The Captain Takes The Helm With a Higher Purpose in Mind
There was little question of the the biggest news in this racing off-season. The announcement that long-time racing stalwart and auto industry Roger Penske was purchasing the IndyCar Series and Indianapolis Motor Speedway was a surprise. It was, and is, a big deal.
After all, to the skeptic, such a move from the man who spent most of the last 50 years trying to win one of the world’s greatest races (and has 18 times), could be seen as the ultimate competitive advantage.
It’s becoming more obvious that to Mr. Penske, this purchase has a higher purpose, made even more evident by the announcement of the initial investments and improvements at the Speedway for the 104th running of the race in 2020. He clearly views the series and the track as an investment, and the right mix of business and fan loyalty to the series as tantamount to the future success of both.
Mr. Penske’s prior business success, and sizable self-worth offer the series a change to drive change over the long-term with an ability to weather any short-term revenue shortfalls.
In short, it’s the first time in many years (definitely since the Indy Racing League / CART split reached its natural end in 2004) that this level of resource and focus can be devoted to bringing American open-wheel racing back to its nadir in the early to mid-1990s.
The goal now needs to be and maximizing the meaning and purpose of the race and series for a new generation less remniscent of A. J., Mario and the Unsers and more familiar with social media, self-expression and eSports.
Indeed, the first round of changes announced appeal to the all of primary groups that the race and series need for long-term success: the teams, the TV networks, the fans and the sponsors.
Let’s break down these changes, and how they help drive buy-in from each of these groups.
Indianapolis 500 Purse
The event purse for the 104th Indianapolis 500 will be the largest in the history of the event. The purse will grow by $2 million to more than $15 million, boosting the prize pool for NTT INDYCAR SERIES teams and drivers.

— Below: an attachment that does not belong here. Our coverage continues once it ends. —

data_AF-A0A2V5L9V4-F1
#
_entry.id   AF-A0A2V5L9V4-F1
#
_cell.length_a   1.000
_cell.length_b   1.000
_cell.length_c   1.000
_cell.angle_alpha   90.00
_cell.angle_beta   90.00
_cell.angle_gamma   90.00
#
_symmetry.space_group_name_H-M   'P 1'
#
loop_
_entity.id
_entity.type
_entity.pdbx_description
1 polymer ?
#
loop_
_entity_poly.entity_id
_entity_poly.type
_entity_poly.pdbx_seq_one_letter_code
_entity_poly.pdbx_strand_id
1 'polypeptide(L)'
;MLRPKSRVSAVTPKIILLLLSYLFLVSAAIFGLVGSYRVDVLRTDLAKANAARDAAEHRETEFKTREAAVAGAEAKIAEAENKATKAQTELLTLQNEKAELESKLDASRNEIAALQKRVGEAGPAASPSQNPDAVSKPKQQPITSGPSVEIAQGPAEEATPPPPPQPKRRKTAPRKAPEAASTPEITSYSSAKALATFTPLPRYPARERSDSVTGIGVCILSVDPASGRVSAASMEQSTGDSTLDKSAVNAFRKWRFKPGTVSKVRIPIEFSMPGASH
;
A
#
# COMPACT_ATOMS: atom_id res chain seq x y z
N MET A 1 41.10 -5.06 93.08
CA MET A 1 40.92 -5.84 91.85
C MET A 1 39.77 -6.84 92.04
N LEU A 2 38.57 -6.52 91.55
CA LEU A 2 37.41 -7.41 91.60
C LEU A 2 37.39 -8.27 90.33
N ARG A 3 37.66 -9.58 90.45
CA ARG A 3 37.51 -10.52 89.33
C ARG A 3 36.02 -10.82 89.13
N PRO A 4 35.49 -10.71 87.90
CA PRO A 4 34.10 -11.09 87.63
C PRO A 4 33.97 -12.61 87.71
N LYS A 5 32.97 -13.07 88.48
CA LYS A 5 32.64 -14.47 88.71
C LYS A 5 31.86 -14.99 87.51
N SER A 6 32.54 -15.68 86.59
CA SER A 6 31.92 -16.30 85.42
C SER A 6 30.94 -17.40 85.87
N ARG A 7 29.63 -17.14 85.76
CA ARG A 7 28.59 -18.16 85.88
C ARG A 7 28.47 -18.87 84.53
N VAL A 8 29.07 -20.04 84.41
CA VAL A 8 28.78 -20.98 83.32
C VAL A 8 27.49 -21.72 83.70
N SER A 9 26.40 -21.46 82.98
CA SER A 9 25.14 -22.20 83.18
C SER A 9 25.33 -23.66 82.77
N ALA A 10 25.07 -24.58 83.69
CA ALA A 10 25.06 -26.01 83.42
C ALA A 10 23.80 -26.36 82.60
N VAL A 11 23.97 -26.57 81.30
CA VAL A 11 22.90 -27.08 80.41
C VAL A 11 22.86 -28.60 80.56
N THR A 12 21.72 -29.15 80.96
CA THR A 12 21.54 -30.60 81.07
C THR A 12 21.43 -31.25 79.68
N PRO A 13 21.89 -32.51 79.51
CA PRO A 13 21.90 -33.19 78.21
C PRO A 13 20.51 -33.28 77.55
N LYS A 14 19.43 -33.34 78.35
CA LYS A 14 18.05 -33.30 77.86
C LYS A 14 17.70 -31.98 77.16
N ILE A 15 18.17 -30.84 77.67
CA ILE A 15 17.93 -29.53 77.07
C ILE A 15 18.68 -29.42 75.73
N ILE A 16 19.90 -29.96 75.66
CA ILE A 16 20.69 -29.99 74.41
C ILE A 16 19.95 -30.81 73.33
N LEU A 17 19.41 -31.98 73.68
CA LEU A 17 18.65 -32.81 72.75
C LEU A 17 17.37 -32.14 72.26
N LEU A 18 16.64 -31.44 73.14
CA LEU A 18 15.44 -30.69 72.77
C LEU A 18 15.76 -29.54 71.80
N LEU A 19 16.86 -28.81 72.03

Long and short, this one is for the teams, for whom many the Indianapolis 500 is at best a break-even proposition. When you’re looking at a million-dollars to run a serviceable Indy 500 campaign, and the lowest end of the purse is roughly 1/5th of that, you can easily see why teams are doing this out of the love of the sport and any kind of business sense. And with sponsors continuing to be tough to come by, even for top teams, there is a natural point where this hard math does not add up any longer.
Indianapolis 500 Qualifying
Qualifying weekend for the 104th Indianapolis 500 – Saturday, May 16 and Sunday, May 17 – will feature a variety of changes to its format and broadcast to create even more memories and drama.
Multiple attempts will return to the Last Row Shootout, expanding it to 75 minutes. Previous versions of the Shootout featured one attempt per car. While fans enjoyed that format, feedback indicated they wanted even more drama as drivers try to seize one of the three final spots in the field.
A boost in turbocharger level will see speeds climb this year during the Indy 500 qualifying sessions. Turbocharger boost will increase horsepower by 45 HP this year.
An expanded weekend TV schedule will ensure NBC televises coverage of qualifications on both Saturday and Sunday, with total network exposure increasing over 2019. Full weekend broadcast details will be released soon
Everyone wins here.
What brings fans back to Indy year-after-year? Speed and drama. The last two years have seen their fair-share of headline level drama, as some of the motorsports world’s most popular and largest teams got sent packing. And, now the dynamic of that drama will shift to more attempts (benefiting the teams) and the increased definition that made Indy a must watch in years past.
The speed will start to edge closer to the mid-230 mph seen in the early 1990s, as a great precursor to the speed jump expected with a new rules package in 2021.
NBC wins too, as they get more programming to air, on the mainline network, and on over-the-air channels including their NBC Sports Gold service which saw modest success and offered expansive coverage of the month of May in its first in 2019.
The NTT INDYCAR SERIES and IMS will add six new major sponsors in 2020. Pennzoil, Verizon, Snap-on Tools, DEX Imaging, Road & Track magazine and Global Medical Response will make significant investments in the racing series and Speedway.